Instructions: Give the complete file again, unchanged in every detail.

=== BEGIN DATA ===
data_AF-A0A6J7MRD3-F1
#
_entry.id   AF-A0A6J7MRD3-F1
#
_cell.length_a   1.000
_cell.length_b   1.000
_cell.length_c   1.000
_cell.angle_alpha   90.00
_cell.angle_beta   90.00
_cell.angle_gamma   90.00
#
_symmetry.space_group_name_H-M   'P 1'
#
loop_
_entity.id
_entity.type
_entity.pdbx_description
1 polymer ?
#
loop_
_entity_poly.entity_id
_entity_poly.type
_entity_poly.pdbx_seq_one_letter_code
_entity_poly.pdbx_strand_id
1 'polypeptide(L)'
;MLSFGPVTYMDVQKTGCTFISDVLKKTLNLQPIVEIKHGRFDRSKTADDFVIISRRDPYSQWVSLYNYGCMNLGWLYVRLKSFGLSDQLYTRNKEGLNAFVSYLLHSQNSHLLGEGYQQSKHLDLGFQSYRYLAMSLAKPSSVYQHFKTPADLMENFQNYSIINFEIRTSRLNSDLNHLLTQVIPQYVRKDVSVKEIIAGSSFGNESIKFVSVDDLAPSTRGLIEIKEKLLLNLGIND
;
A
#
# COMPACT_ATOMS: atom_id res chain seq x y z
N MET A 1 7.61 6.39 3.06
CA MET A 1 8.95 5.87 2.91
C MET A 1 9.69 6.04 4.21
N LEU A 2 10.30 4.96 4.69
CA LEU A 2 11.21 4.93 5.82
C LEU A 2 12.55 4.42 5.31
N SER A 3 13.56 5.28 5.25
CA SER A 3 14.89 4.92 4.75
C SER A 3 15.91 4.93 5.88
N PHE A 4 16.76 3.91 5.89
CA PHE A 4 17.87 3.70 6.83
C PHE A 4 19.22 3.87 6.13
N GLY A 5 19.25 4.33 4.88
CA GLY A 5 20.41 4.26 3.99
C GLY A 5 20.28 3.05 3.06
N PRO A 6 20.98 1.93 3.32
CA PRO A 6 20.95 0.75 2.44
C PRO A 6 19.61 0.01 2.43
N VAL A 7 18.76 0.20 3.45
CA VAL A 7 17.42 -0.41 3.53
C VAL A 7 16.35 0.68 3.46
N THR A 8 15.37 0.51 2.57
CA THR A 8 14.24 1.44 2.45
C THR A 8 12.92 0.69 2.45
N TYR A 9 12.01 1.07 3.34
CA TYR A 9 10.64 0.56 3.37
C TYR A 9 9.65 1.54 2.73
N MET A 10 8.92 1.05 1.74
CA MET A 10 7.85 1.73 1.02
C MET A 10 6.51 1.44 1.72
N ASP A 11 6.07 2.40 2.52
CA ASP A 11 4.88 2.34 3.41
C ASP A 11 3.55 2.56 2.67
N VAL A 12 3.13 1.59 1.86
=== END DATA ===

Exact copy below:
data_AF-A0A6J7MRD3-F1
#
_entry.id   AF-A0A6J7MRD3-F1
#
_cell.length_a   1.000
_cell.length_b   1.000
_cell.length_c   1.000
_cell.angle_alpha   90.00
_cell.angle_beta   90.00
_cell.angle_gamma   90.00
#
_symmetry.space_group_name_H-M   'P 1'
#
loop_
_entity.id
_entity.type
_entity.pdbx_description
1 polymer ?
#
loop_
_entity_poly.entity_id
_entity_poly.type
_entity_poly.pdbx_seq_one_letter_code
_entity_poly.pdbx_strand_id
1 'polypeptide(L)'
;MLSFGPVTYMDVQKTGCTFISDVLKKTLNLQPIVEIKHGRFDRSKTADDFVIISRRDPYSQWVSLYNYGCMNLGWLYVRLKSFGLSDQLYTRNKEGLNAFVSYLLHSQNSHLLGEGYQQSKHLDLGFQSYRYLAMSLAKPSSVYQHFKTPADLMENFQNYSIINFEIRTSRLNSDLNHLLTQVIPQYVRKDVSVKEIIAGSSFGNESIKFVSVDDLAPSTRGLIEIKEKLLLNLGIND
;
A
#
# COMPACT_ATOMS: atom_id res chain seq x y z
N MET A 1 7.61 6.39 3.06
CA MET A 1 8.95 5.87 2.91
C MET A 1 9.69 6.04 4.21
N LEU A 2 10.30 4.96 4.69
CA LEU A 2 11.21 4.93 5.82
C LEU A 2 12.55 4.42 5.31
N SER A 3 13.56 5.28 5.25
CA SER A 3 14.89 4.92 4.75
C SER A 3 15.91 4.93 5.88
N PHE A 4 16.76 3.91 5.89
CA PHE A 4 17.87 3.70 6.83
C PHE A 4 19.22 3.87 6.13
N GLY A 5 19.25 4.33 4.88
CA GLY A 5 20.41 4.26 3.99
C GLY A 5 20.28 3.05 3.06
N PRO A 6 20.98 1.93 3.32
CA PRO A 6 20.95 0.75 2.44
C PRO A 6 19.61 0.01 2.43
N VAL A 7 18.76 0.20 3.45
CA VAL A 7 17.42 -0.41 3.53
C VAL A 7 16.35 0.68 3.46
N THR A 8 15.37 0.51 2.57
CA THR A 8 14.24 1.44 2.45
C THR A 8 12.92 0.69 2.45
N TYR A 9 12.01 1.07 3.34
CA TYR A 9 10.64 0.56 3.37
C TYR A 9 9.65 1.54 2.73
N MET A 10 8.92 1.05 1.74
CA MET A 10 7.85 1.73 1.02
C MET A 10 6.51 1.44 1.72
N ASP A 11 6.07 2.40 2.52
CA ASP A 11 4.88 2.34 3.41
C ASP A 11 3.55 2.56 2.67
N VAL A 12 3.13 1.59 1.86